The first fact which should cause one to question whether indeed osteoporosis stems from a nutrient deficiency is the fact that it overwhelmingly affects women. Why would a nutrient deficiency consistently affect women more than men? Would it not be far more reasonable to suppose that something like estrogen might be the culprit in a disease which primarily affects women? Especially given that estrogen is a hormone which directly inhibits osteoclasts, the very cells responsible for demineralizing bone. Not only is being a woman a major risk factor for developing osteoporosis, but early menopause or anything that would lower lifetime estrogen exposure is also one of the most well-established risk factors. Most bone loss is noted to occur following menopause, as a direct consequence of falling estrogen levels. The latest pharmaceutical treatments for osteoporosis, selective estrogen receptor modulators (SERMs), act by selectively stimulating the estrogen receptors on osteoclasts to suppress the breakdown of bone. By continuing to push nutritional treatments rather than hormonal support, natural practitioners are clinging to an outdated notion of the pathogenesis of bone loss long since abandoned by their conventional colleagues. This is a shame, particularly because there are so many excellent natural approaches to balancing hormones.

Another osteoporosis fact is that hip fractures occur most commonly in countries with the highest intakes of calcium and dairy[iv]. This has already led many to question the dairy industry’s long-held claims that drinking milk will prevent bone loss. Hormones are essentially the master regulators of the body, and it makes perfect sense that no matter how much calcium, vitamin D, vitamin K, or whatever else you force-feed the body, this will not result in bone mineralization if the body’s hormones are constantly telling it to do something else. Besides estrogen’s role in suppressing bone loss, another critical hormone to consider is cortisol, which suppresses bone mineralization. While estrogen suppresses the bone-destroying osteoclasts, cortisol directly suppresses osteoblasts, the cells which make bone. This is why long-term use of corticosteroid medications has been identified as the most common secondary cause of osteoporosis. Stress management should feature as prominently into any osteoporosis treatment as calcium and vitamin D, given cortisol’s direct deleterious effects on bone mass.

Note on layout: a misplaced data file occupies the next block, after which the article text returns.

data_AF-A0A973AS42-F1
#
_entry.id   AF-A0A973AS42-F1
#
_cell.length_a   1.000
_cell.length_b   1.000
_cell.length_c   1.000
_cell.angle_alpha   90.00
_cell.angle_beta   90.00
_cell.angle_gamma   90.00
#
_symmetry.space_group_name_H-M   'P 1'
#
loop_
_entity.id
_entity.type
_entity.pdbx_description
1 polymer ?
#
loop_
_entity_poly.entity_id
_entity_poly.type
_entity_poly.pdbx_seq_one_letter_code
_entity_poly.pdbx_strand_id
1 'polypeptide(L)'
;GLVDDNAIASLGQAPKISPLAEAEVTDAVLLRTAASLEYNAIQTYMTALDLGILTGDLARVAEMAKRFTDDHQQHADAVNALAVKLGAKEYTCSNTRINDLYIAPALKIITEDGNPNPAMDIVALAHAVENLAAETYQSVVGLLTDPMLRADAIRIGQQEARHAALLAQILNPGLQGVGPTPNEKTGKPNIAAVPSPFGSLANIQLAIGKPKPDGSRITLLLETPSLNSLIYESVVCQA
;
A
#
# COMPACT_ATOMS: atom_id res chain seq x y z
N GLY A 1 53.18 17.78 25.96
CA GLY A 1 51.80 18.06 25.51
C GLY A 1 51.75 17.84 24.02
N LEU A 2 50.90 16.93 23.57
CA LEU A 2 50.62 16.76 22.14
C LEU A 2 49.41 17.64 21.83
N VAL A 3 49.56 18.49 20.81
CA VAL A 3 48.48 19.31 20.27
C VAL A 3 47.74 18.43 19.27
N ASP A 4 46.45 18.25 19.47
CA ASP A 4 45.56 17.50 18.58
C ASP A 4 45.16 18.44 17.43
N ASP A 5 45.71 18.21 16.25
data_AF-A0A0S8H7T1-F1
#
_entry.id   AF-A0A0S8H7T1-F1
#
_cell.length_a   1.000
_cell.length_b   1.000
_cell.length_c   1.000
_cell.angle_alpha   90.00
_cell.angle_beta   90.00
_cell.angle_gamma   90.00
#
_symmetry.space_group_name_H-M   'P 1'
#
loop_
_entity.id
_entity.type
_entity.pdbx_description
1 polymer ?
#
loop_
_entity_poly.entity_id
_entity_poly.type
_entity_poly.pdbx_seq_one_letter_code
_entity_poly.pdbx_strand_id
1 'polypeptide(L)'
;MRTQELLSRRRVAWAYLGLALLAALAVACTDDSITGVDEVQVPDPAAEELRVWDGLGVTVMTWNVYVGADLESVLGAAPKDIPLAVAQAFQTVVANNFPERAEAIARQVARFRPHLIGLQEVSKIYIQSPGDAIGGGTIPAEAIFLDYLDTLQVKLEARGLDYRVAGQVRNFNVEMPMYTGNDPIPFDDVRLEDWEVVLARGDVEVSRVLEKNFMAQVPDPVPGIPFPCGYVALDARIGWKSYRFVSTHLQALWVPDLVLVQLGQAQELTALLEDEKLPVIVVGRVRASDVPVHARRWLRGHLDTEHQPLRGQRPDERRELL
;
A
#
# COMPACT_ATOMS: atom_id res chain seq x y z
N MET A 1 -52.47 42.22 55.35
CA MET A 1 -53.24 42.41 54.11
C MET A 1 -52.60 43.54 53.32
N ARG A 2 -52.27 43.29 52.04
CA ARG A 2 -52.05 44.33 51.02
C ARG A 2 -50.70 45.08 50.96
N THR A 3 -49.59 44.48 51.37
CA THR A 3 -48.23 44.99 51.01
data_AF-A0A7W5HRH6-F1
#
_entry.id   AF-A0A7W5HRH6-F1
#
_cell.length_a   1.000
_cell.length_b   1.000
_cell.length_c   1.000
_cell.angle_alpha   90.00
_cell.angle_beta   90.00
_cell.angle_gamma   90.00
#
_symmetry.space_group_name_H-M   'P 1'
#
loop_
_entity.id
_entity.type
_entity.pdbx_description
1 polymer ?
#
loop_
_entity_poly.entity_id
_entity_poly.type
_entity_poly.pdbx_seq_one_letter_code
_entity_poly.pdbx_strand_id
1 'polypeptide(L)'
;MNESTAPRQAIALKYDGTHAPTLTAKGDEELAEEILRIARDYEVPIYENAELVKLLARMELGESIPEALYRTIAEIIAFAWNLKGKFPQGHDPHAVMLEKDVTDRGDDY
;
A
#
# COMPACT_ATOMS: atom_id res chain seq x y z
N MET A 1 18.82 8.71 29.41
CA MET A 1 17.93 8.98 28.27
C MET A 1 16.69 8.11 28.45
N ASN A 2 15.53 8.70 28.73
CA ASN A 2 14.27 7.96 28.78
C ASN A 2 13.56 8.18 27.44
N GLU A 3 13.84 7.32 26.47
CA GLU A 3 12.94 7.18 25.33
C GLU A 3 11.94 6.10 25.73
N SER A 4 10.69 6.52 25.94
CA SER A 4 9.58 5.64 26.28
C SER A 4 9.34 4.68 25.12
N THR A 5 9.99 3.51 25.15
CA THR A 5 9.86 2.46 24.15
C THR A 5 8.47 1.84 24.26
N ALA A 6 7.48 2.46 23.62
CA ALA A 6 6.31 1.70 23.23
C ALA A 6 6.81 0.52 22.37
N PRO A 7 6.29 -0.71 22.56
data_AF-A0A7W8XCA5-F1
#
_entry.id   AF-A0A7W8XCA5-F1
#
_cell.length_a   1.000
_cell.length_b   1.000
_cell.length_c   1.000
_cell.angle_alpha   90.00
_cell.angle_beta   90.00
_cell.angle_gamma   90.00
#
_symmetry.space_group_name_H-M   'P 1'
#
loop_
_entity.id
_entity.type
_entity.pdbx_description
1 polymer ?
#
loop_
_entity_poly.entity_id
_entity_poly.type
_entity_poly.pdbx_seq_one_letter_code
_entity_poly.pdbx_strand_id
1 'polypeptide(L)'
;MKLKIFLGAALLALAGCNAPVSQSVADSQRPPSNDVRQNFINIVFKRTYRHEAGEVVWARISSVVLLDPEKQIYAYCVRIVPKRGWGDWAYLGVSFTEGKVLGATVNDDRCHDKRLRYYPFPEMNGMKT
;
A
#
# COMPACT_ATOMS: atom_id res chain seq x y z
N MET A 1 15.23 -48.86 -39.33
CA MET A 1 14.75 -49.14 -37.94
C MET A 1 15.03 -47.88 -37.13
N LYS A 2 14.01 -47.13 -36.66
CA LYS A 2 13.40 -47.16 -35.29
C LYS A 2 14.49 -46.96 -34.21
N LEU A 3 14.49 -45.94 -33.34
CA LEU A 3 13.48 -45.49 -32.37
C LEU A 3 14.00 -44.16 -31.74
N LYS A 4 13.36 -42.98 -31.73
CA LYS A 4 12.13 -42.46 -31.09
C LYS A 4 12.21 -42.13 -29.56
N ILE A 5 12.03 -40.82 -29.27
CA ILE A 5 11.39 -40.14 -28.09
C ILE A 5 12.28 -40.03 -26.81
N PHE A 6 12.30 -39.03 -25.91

Osteoporosis may remain asymptomatic until a fracture occurs, but if a hormone imbalance is present then a thorough, holistic assessment of the patient is sure to identify symptoms which reveal the specific problem. Even seemingly minor concerns like fatigue or a diminished sex drive indicate a fundamental imbalance in the body, which if untreated may, in the course of years, result in a chronic pathological condition like osteoporosis.  Energique’s Osteocom™ is a spagyric bone support formula which combines nutritive herbs to support healthy bone with herbs to support healthy estrogen levels*, like black cohosh, providing a more holistic approach than nutritional support alone. Other formulas to support healthy hormone levels include our Rainforest Botanical Stress Formula and our homeopathic formulas Erogetone™ and Endopar F™.


*Use caution with estrogenic herbs if there is a history of blood clots or estrogen-receptor-positive breast cancer.

[i] US Preventive Services Task Force. Vitamin D, Calcium, or Combined Supplementation for the Primary Prevention of Fractures in Community-Dwelling Adults US Preventive Services Task Force Recommendation Statement. JAMA. 2018;319(15):1592–1599. doi:10.1001/jama.2018.3185

[ii] Ibid.

[iii] Lacombe J, Ferron M. Gamma-carboxylation regulates osteocalcin function. Oncotarget. 2015;6(24):19924-19925.

[iv] World Health Organization. Vitamin and Mineral Requirements in Human Nutrition, Second Edition. Accessed online 8/29/18 at http://apps.who.int/iris/bitstream/handle/10665/42716/9241546123?sequence=1



Any homeopathic claims are based on traditional homeopathic practice, not accepted medical evidence. Not FDA evaluated.

These statements have not been evaluated by the Food and Drug Administration. These products are not intended to diagnose, treat, cure, or prevent any disease.


Claims that are based on traditional homeopathic practice are not accepted as medical evidence. Not FDA evaluated. Energique Pro requires that customers log in to certain areas of our website. Portions of the website are only available to certified healthcare professionals, and Energique Pro reserves the right to limit access to only them.